By 2014, E L James’s erotic fantasy “Fifty Shades of Grey” had sold over 100 million copies, been translated into more than 50 languages and unseated J.K. Rowling’s “Harry Potter” series as the fastest-selling novel of all time. Some critics reviled the book for its inaccurate portrayal of the BDSM community and glorification of an “abusive” relationship, but U.S. sales continued to skyrocket. With a novel this virile and phenomenal, the obvious next step was to adapt it into a movie so the series could rake in even more cash — and, more importantly, give millions of fans the opportunity to see all the bondage-suffused, manipulative romance played out on a screen, not in their imagination.

Fifty Shades of Grey

Universal Pictures
Rave and Quality 16

As I have never read James’s novel, I wasn’t entirely sure what to expect when I saw “Fifty Shades.” But upon leaving the theater, I was struck by how seriously the film took itself. “Fifty Shades of Grey” rejects its trashy pedigree, using an R rating and the stylistic specificity of film to transform the scruffy plot and find its inner goddess. Director Sam Taylor-Johnson (“Nowhere Boy”) swathes the film in desaturated tones and gorgeous close-ups and sets the action to the pulsing musical beats of Beyoncé and The Rolling Stones. The film uses every tool in its cinematographic playroom to let viewers know that this isn’t the same fantasy they read on their flight to Newark. It’s a slow, sleek and sexy film, markedly subtle even when it doesn’t have to be.

The film’s two-hour runtime unfolds in languid confidence. At times, the deliberate pacing borders on sluggish, but oftentimes this carefulness works in the plot’s favor. After Anastasia Steele (Dakota Johnson, “Ben and Kate”) attempts her fateful interview with millionaire entrepreneur Christian Grey (Jamie Dornan, “The Fall”), the pair take almost 40 minutes to climb into bed. But their ensuing foreplay is delightfully fun, and these awkward encounters serve as a means of demonstrating who they are as characters. Christian meets Ana in the hardware store where she works and asks her to show him where he can buy the cable ties, ropes and tape he needs for his handyman collection. It’s a cheeky way to introduce that Christian is into all things kinky, and Ana can’t look into his dreamy gray eyes without blushing.

The film is surprisingly well-cast, and Johnson’s performance as Ana is especially strong. She embodies the dichotomy of Ana’s character perfectly — despite her contractual status as a submissive, she’s smart and self-confident, always setting her limits and pulling back when Christian doesn’t treat her with respect. Dornan gives a slightly less compelling performance as Mr. Grey, but with those eyes that seem to simultaneously scream “fuck me” and “I have a room full of zip ties and tape and I might use them for more than just sex stuff,” he embodies the character even without a spectacular performance. Despite rumors that the two actors despise one another in real life, they exude chemistry whenever they share the screen. Especially in the more tender scenes where Christian exposes his emotional vulnerability, Johnson and Dornan shine as a couple.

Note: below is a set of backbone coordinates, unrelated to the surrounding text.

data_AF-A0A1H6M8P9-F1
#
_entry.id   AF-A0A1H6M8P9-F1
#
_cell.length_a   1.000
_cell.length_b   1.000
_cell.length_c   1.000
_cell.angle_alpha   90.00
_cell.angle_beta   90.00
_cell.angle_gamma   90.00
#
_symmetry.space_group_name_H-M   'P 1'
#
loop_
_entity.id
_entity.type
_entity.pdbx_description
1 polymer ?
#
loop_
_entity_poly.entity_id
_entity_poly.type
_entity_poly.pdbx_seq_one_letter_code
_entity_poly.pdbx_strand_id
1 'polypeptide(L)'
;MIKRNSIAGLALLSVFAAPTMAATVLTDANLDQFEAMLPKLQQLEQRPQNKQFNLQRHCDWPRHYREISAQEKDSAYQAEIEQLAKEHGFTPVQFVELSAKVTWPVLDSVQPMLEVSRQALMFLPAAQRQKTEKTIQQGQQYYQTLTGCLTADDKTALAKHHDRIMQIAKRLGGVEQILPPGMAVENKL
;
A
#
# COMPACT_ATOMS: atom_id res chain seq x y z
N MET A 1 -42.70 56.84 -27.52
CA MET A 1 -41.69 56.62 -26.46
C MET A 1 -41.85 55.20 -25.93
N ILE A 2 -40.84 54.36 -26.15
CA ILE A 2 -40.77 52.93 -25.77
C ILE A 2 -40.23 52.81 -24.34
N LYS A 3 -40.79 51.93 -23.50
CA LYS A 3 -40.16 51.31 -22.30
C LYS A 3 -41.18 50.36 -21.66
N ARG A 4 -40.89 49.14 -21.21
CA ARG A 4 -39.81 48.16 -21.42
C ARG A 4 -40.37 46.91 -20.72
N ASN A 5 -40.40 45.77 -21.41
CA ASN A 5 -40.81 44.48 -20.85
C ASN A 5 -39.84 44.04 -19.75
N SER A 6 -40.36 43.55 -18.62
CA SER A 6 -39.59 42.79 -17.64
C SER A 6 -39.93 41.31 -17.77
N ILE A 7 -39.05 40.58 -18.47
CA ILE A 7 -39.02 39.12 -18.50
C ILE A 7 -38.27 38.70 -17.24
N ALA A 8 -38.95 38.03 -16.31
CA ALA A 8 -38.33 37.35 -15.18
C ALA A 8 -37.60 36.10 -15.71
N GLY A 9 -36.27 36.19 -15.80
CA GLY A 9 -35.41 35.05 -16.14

But their romantic encounters translate rather poorly to the screen. Maybe it’s because the film is rated R instead of the NC-17 that the book surely merits, but the sex scenes are remarkably unsexy. Nudity isn’t a crucial component for a scene to be steamy; still, it’s unfair that the woman must bare all and the camera cuts away before viewers could glimpse a naked man. For a film shamelessly marketed for female viewers, and written and directed by women, the film displays Ana like some piece of spineless meat rather than the strong lady we (and Christian) know she is. Christian holds his whip and leers at her, while the camera shows her suffering from his point of view. The screen rarely affords us her perspective. This is quite a far cry from a novel narrated by Ana. And much of what goes on in the playroom doesn’t read as particularly titillating. Everyone around me in the theater burst into giggles when Christian tickled Ana with a giant, absurd prop peacock feather. This silliness is characteristic of the sex scenes in the rest of the movie; for an adaptation of an erotic novel, the bedroom action is fairly flaccid.

“Fifty Shades of Grey” may be best encompassed with the words of Christian Grey: this movie is “fifty shades of fucked-up.” While it’s endowed with a good cast and features solid filmmaking, like Christian himself, the movie has a hollow heart. With the abusive undertones implied in Christian’s final seduction and an ending that gives viewers the cinematic equivalent of blue balls, the film wipes out any semblance of fun it built up in the previous two hours. “Fifty Shades” tries to be serious, but its inner goddess gets buried under a mountain of narrative problems that might have been avoided had the film just embraced the beautiful trash it was meant to be.

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